Both August 24th and August 25th are a special dates in Uruguayan culture. August 25th is Uruguayan Independence Day and is a national holiday.  If you want to read about Uruguay's fight for independence, you can do so here.  Shops will be closed and people spend the day with their families.  The night before Independence day is Noche de la Nostalgia (Night of Nostalgia) where people go out en mass to huge parties around town and dance the night away to music of the past. The story goes that a local DJ created Night of Nostalgia in 1978 to remember the classic music of all different eras (and take advantage of the following vacation day).  Since then, the celebration has spread and whether you like it or not, Noche de la Nostalgia a major cultural event in Uruguay. Most of the larger parties around town require an advance reservation. Some celebrations I have heard take place in tents and many include at least a few drinks or dinner with the cost of admission.

The night was described to me by an Uruguaya- saying that Uruguayans have latched on to this tradition because they are nostalgic people, that they relish a way to celebrate the glory days of this beautiful country.

The most entertaining and amusing account about Noche de la Nostalgia can be found at globalpost.com, from a talented writer whom we met in Uruguay March, 2008.  Our first night here, our first dinner, we ended up talking to Ben and his wife. (2014 Update: Story no longer in archive of Global Post).

A list of events to celebrate the night in Montevideo can be found here.  This site is also a great resource for other events for Carnival, etc.

Call it research, call it blending with the locals; we have our babysitter booked for Monday night and we're planning to go dancing!

Lightbulbs by Suki Davis

While we've focused on retelling our experiences in Uruguay, there are some times when something is written so beautifully and thoroughly that it shouldn't be paraphrased. A wonderful friend of ours wrote the following article about the daily realities of life in Montevideo. Hope you enjoy. Lightbulbs by Suki Davis

I want to tell you about light bulbs, not that I have an inherent interest in the things themselves. As you may know, we have had a few spontaneous power outages in the past weeks and several of our bulbs had blown as a result.

While I was in the shops, I thought of my English student that evening and decided that we could not work in the half light. I went to the hardware aisle to pick up a couple. Dumbfounded I was, looking at the choices and styles. I read all the labels. Did I need a large base or small one? Did I need the conventional 60 watt or the fluorescent 11 watt that was equal to the 60 or the 7 watt one that was actually 45 but lasted eight times longer? Did I want the Germany trade mark brand or the Chinese made generic brand? Electricity here is very expensive. I looked and I left the store without new light bulbs.

At home, I removed light bulbs, scrutinized them, investigated the different types, even talked with a neighbour. Then, I could return to the store to buy the best bulbs.

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Life in this new country is the step by step, sometimes painful, often funny, configuration of an ever changing puzzle. The bulbs are just one piece. The electricity bill is another. Bus lines, bank lines, bargains and swindles, little bits of things are always poking up their heads and laughingly saying, "Just when you thought you knew something..."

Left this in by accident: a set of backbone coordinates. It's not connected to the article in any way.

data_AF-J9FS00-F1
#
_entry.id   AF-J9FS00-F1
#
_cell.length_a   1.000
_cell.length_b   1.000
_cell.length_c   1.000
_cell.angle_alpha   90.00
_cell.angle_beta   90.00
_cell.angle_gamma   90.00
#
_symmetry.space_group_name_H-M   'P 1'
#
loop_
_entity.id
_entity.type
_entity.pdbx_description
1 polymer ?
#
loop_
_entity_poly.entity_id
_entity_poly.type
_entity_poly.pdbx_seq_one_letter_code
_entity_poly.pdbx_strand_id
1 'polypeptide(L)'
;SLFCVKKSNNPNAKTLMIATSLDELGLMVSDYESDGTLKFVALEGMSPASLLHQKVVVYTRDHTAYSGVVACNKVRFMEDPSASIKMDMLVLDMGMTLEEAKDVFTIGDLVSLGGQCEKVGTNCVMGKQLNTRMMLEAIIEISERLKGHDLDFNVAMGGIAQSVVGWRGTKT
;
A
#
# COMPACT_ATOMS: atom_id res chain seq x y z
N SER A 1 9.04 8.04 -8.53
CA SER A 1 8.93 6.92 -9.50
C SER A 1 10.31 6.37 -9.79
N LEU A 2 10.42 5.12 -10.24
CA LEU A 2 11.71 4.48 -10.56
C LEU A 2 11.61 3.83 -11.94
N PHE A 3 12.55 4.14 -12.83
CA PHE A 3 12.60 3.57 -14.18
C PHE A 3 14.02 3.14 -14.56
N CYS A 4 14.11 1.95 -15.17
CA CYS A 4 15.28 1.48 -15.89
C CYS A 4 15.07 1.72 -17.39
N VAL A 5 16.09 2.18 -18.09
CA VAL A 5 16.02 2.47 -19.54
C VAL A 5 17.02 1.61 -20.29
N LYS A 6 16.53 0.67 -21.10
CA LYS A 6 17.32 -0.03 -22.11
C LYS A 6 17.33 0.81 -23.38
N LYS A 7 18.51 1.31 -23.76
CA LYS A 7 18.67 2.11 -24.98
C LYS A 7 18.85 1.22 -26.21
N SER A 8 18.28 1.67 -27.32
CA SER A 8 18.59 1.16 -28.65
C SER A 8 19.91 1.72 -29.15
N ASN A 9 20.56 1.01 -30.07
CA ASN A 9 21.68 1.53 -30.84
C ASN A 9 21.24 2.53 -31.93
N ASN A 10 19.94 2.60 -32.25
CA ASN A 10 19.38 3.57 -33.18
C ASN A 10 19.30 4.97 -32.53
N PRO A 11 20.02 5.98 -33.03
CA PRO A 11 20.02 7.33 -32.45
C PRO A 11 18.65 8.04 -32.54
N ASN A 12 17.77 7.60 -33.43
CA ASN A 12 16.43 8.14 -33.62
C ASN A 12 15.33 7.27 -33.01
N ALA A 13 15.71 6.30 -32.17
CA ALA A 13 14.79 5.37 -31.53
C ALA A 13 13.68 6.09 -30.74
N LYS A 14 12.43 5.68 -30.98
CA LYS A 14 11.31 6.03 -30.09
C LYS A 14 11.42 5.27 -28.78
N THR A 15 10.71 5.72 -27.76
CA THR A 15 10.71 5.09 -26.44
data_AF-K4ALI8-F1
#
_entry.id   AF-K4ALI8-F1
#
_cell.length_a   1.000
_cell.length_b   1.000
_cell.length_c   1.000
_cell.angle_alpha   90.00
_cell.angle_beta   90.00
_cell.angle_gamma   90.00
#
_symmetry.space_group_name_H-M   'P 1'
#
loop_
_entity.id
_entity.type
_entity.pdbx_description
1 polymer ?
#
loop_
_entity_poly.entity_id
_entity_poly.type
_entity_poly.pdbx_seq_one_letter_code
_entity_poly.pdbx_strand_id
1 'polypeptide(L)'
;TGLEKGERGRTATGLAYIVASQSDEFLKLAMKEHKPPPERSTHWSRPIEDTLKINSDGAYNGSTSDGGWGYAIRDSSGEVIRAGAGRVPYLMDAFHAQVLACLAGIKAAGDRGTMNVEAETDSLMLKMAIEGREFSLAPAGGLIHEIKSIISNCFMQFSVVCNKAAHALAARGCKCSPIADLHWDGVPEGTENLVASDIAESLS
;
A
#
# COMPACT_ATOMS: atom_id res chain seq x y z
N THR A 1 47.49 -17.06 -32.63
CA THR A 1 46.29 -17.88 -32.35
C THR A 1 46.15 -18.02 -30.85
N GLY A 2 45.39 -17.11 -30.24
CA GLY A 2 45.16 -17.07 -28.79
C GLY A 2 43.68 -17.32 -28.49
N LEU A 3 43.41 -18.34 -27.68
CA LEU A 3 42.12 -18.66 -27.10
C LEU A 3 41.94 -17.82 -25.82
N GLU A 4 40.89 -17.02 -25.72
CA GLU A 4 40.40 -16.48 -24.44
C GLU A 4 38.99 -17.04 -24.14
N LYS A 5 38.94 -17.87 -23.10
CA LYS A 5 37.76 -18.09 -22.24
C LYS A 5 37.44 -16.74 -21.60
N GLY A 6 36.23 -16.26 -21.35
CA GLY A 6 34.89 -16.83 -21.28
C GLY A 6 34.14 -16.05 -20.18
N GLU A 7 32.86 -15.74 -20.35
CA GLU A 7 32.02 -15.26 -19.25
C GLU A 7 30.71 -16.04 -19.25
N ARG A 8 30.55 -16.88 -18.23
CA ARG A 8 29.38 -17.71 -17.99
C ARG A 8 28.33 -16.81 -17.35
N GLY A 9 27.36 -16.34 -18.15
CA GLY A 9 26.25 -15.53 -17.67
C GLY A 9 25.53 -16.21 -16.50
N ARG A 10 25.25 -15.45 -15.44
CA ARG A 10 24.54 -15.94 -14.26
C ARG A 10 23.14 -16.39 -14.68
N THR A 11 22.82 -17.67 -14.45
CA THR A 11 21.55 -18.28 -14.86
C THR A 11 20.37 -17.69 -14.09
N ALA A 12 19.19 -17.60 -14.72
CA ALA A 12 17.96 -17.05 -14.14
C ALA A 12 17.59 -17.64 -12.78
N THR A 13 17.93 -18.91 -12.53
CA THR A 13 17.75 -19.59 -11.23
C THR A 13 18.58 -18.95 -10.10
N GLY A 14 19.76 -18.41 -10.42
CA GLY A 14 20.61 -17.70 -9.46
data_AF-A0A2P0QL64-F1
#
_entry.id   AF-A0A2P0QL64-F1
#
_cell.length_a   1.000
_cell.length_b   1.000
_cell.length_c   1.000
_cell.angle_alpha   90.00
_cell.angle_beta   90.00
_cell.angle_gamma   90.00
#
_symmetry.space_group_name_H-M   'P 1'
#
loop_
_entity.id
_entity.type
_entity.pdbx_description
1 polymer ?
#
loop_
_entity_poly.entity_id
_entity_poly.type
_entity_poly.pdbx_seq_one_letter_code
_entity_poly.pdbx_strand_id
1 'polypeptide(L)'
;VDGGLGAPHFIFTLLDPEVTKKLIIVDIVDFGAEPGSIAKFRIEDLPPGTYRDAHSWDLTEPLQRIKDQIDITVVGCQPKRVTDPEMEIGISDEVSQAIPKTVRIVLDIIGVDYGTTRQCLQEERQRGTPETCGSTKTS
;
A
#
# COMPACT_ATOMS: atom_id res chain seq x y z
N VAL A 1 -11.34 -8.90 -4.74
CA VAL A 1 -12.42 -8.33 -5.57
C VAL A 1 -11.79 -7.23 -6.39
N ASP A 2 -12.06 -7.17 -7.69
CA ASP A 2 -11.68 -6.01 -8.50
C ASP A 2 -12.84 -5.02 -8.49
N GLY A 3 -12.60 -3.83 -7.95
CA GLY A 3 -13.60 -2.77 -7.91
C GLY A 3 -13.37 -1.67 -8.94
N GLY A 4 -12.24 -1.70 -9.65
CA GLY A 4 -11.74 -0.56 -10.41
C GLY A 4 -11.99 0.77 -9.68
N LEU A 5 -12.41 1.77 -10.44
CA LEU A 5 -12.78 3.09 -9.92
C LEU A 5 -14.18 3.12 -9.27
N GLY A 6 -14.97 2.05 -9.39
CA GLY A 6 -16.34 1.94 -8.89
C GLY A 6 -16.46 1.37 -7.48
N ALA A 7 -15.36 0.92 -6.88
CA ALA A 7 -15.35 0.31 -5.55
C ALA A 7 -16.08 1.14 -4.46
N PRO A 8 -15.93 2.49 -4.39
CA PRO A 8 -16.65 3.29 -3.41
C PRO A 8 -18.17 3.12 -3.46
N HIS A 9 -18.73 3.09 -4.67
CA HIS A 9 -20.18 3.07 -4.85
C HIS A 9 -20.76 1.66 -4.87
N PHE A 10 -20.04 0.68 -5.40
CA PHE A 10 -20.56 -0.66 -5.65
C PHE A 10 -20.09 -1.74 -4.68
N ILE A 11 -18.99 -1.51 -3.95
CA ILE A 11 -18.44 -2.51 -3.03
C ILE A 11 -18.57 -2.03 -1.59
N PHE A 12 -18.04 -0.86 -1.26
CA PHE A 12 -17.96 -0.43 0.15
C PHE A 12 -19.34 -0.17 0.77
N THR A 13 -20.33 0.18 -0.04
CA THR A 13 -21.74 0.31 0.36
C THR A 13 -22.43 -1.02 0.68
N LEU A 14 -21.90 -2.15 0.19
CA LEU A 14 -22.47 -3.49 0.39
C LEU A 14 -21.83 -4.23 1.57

And I guess I am learning something. In the same way that once you have heard a particularly good story, you are forever changed by it and with that knowing, you can never go back. I think once you move to another country, you are changed right down to the core. Even though I sometimes miss my home country terribly, I realize that if we returned tomorrow, I would also miss Uruguay.

I would miss the rich smell of asado cooking, the sweet smell of jasmine, the open markets where I buy vegetables so fresh that they surprise me, where the vendors sing out the praises of their wares, "Ripe ready tomatoes, 15 pesos a kilo," of the warmth of people here, the constant kisses of greeting and of adios, how easy it is to spend time together, how families are close and caring. And also, I have encountered the other life that lives parallel to us. We just don't sense it with such ferocity in the first world.

We live in a middle class neighbourhood. It is not ritzy. Garbage is collected from our dumpsters at night by a big truck that dumps each bin into its hold and through the day, people come by on horse drawn carts to glean whatever recyclables and useful items they can find. I love the clip clop sound of the hooves and I used to tell our kids, "Oh, that man got quite a score," when we saw a man emerging from a bin with a handful of plastic bottles. I wanted them to identify with this guy, that he was working, that he was a hunter gatherer, that he was just like us.

RecyclersAnd more and more, since our first visit in 2002, there are carts that now are pulled by a man or woman, maybe they have a bike and maybe they have a kid or two with them. There is even a group of people that have no carts at all but they roam the streets with patched up knapsacks and sticks to prop up the lid of the dumpster.

And I want to recognize the dignity of the work, as their other option could be crime, or violence, or giving in. I hang bags of bottles and recyclables outside the bin so they are easy to get at. I set out left-overs. I might even think I am doing my part.